Right outside the door of my building have been extraordinary displays of racial hatred. John Timpane, Philly.com, "Nathaniel Popkin is a Philly author with a rare double play - two new books at once," 11 July 2018 And by the way, the qualification for some of these women are extraordinary and every bit as good as the male. Fox News, "Ex-sailor pardoned by Trump reacts to new Clinton probe documents," 3 July 2018 The conventional wisdom has it that President Trump’s summit with Kim Jong Un was extraordinary and naive. I. William Zartman, WSJ, "Kim Jong Un and the Art of the Asian Deal," 24 June 2018 Just being here in the armory, the Park Armory, and being in that space is so extraordinary and liberating because of the scale and the vastness of it. Danielle C. Belton, The Root, "Artist Nick Cave Teaches Me How to ‘Let Go’ at The Let Go," 19 June 2018 Those songs are really extraordinary and beautiful. Kt Hawbaker, Chicago Reader, "What were you watching, reading, or listening to when you first came out?," 15 June 2018 Susan was beautiful with an extraordinary style and had an impeccable eye for fashion. Sun-Sentinel.com, "Deaths in South Florida: 6/19," 19 June 2018 Refinery29's Anomaly takes an intimate look at extraordinary, one-of-a-kind individuals. refinery29.com, "Meet The 15-Year-Old Who Will Beat You To Space," 4 July 2018 Far from seeming extraordinary, men and women in capes, masks and electronic suits have now become avatars of the unimaginative and the commonplace — a development that Bird and his collaborators could hardly have anticipated. Justin Chang, latimes.com, "How the dazzling, overstuffed ‘Incredibles 2’ holds up a cracked mirror to present-day reality," 4 July 2018

These example sentences are selected automatically from various online news sources to reflect current usage of the word 'extraordinary.' Views expressed in the examples do not represent the opinion of Merriam-Webster or its editors. Send us feedback.

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First Known Use of extraordinary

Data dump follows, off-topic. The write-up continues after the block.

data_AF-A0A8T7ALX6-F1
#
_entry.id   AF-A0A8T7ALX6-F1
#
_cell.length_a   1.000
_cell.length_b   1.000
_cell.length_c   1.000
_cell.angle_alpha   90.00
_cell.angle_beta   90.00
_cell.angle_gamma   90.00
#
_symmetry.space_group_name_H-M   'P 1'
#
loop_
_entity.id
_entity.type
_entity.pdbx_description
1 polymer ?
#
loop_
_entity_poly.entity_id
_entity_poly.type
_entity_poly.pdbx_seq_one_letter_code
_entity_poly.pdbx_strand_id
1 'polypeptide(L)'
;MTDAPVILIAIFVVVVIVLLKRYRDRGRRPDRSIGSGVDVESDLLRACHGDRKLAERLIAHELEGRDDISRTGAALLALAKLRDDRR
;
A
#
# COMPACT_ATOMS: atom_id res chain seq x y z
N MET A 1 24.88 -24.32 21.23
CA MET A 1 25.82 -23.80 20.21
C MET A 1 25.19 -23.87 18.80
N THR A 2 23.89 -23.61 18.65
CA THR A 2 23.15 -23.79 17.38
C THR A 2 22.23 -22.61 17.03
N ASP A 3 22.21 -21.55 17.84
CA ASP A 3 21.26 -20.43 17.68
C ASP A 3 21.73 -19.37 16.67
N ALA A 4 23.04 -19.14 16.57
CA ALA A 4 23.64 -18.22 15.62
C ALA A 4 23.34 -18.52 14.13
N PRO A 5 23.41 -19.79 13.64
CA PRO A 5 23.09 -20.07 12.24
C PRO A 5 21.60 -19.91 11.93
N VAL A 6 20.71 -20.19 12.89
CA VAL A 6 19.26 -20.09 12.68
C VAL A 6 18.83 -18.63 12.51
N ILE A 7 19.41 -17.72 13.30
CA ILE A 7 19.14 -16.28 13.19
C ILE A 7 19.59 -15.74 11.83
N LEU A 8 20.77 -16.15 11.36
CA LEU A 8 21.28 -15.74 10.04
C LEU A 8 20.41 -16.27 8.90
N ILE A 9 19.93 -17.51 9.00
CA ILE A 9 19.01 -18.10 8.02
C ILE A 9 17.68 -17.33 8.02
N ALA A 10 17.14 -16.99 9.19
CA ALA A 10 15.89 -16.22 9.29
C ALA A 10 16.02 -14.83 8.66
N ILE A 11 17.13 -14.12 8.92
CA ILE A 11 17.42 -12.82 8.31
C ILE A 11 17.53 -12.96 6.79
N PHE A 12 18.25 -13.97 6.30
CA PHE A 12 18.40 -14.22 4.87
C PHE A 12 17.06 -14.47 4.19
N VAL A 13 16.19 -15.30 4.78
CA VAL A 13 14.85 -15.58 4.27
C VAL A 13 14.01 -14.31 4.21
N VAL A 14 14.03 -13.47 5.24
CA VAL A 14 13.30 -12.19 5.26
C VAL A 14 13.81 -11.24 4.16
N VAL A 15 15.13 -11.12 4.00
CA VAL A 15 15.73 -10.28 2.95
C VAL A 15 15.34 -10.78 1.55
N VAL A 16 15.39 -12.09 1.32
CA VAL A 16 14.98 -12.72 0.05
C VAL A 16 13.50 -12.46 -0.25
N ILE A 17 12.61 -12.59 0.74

15th century, in the meaning defined at sense 1a

History and Etymology for extraordinary

Middle English extraordinarie, from Latin extraordinarius, from extra ordinem out of course, from extra + ordinem, accusative of ordin-, ordo order

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Last Updated

21 Sep 2018

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Time Traveler for extraordinary

The first known use of extraordinary was in the 15th century

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More Definitions for extraordinary

extraordinary

adjective

English Language Learners Definition of extraordinary

: very unusual : very different from what is normal or ordinary

: extremely good or impressive

extraordinary

adjective
ex·traor·di·nary | \ ik-ˈstrȯr-də-ˌner-ē , ˌek-strə-ˈȯr- \

Kids Definition of extraordinary

: so unusual as to be remarkable She has extraordinary talent.

Other words from extraordinary

extraordinarily \ik-ˌstrȯr-də-ˈner-ə-lē, ˌek-strə-ˌȯr-də-ˈner- \ adverb

extraordinary

adjective
ex·tra·or·di·nary | \ ek-ˈstrȯr-də-ˌner-ē, ˌek-strə-ˈȯr- \

Legal Definition of extraordinary 

1a : going beyond what is usual, regular, or customary specifically : of, relating to, or having the nature of a proceeding or action not normally required by law or not prescribed for the regular administration of law an extraordinary session of the legislature granted extraordinary relief — compare ordinary

b : of or relating to a financial transaction that is not expected to be repeated an extraordinary charge against earnings an extraordinary gain

2 : employed for or sent on a special function or service an ambassador extraordinary